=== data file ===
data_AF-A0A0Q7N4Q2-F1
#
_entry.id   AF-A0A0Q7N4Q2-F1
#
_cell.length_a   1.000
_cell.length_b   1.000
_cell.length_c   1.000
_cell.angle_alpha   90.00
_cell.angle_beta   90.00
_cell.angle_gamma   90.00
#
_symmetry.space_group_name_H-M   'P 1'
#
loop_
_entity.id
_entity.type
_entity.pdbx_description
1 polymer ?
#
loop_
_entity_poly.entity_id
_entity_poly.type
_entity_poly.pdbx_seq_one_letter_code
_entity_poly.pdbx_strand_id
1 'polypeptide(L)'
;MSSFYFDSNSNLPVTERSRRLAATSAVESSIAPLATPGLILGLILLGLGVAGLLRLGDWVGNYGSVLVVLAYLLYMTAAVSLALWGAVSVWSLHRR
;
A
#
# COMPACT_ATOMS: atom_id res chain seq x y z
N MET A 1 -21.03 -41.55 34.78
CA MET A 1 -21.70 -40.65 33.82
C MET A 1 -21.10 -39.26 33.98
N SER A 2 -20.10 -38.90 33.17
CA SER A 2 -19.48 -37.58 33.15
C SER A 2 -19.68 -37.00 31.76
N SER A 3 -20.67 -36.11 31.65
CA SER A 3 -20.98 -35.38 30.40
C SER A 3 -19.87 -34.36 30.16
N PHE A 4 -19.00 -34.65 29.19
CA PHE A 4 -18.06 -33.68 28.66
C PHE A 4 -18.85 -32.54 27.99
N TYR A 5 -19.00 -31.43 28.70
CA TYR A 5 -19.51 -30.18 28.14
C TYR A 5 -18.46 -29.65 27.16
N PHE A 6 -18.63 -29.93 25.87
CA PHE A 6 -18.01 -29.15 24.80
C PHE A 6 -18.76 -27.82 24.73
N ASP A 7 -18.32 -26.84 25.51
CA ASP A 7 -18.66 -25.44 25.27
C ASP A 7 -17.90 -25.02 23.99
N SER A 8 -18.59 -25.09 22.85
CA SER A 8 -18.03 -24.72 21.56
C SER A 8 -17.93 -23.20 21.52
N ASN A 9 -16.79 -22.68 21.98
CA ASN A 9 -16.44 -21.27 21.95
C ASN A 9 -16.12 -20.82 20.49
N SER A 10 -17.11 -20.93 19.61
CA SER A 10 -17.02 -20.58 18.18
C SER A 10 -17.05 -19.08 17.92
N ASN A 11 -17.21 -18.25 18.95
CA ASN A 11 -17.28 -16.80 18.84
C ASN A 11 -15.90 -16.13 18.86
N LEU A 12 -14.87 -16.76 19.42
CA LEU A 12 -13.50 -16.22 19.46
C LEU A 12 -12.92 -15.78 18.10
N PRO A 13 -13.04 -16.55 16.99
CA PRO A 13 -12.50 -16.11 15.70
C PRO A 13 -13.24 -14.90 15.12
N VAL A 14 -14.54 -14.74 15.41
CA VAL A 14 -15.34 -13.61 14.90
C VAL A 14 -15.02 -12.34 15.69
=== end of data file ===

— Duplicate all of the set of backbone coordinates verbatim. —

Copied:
data_AF-A0A0Q7N4Q2-F1
#
_entry.id   AF-A0A0Q7N4Q2-F1
#
_cell.length_a   1.000
_cell.length_b   1.000
_cell.length_c   1.000
_cell.angle_alpha   90.00
_cell.angle_beta   90.00
_cell.angle_gamma   90.00
#
_symmetry.space_group_name_H-M   'P 1'
#
loop_
_entity.id
_entity.type
_entity.pdbx_description
1 polymer ?
#
loop_
_entity_poly.entity_id
_entity_poly.type
_entity_poly.pdbx_seq_one_letter_code
_entity_poly.pdbx_strand_id
1 'polypeptide(L)'
;MSSFYFDSNSNLPVTERSRRLAATSAVESSIAPLATPGLILGLILLGLGVAGLLRLGDWVGNYGSVLVVLAYLLYMTAAVSLALWGAVSVWSLHRR
;
A
#
# COMPACT_ATOMS: atom_id res chain seq x y z
N MET A 1 -21.03 -41.55 34.78
CA MET A 1 -21.70 -40.65 33.82
C MET A 1 -21.10 -39.26 33.98
N SER A 2 -20.10 -38.90 33.17
CA SER A 2 -19.48 -37.58 33.15
C SER A 2 -19.68 -37.00 31.76
N SER A 3 -20.67 -36.11 31.65
CA SER A 3 -20.98 -35.38 30.40
C SER A 3 -19.87 -34.36 30.16
N PHE A 4 -19.00 -34.65 29.19
CA PHE A 4 -18.06 -33.68 28.66
C PHE A 4 -18.85 -32.54 27.99
N TYR A 5 -19.00 -31.43 28.70
CA TYR A 5 -19.51 -30.18 28.14
C TYR A 5 -18.46 -29.65 27.16
N PHE A 6 -18.63 -29.93 25.87
CA PHE A 6 -18.01 -29.15 24.80
C PHE A 6 -18.76 -27.82 24.73
N ASP A 7 -18.32 -26.84 25.51
CA ASP A 7 -18.66 -25.44 25.27
C ASP A 7 -17.90 -25.02 23.99
N SER A 8 -18.59 -25.09 22.85
CA SER A 8 -18.03 -24.72 21.56
C SER A 8 -17.93 -23.20 21.52
N ASN A 9 -16.79 -22.68 21.98
CA ASN A 9 -16.44 -21.27 21.95
C ASN A 9 -16.12 -20.82 20.49
N SER A 10 -17.11 -20.93 19.61
CA SER A 10 -17.02 -20.58 18.18
C SER A 10 -17.05 -19.08 17.92
N ASN A 11 -17.21 -18.25 18.95
CA ASN A 11 -17.28 -16.80 18.84
C ASN A 11 -15.90 -16.13 18.86
N LEU A 12 -14.87 -16.76 19.42
CA LEU A 12 -13.50 -16.22 19.46
C LEU A 12 -12.92 -15.78 18.10
N PRO A 13 -13.04 -16.55 16.99
CA PRO A 13 -12.50 -16.11 15.70
C PRO A 13 -13.24 -14.90 15.12
N VAL A 14 -14.54 -14.74 15.41
CA VAL A 14 -15.34 -13.61 14.90
C VAL A 14 -15.02 -12.34 15.69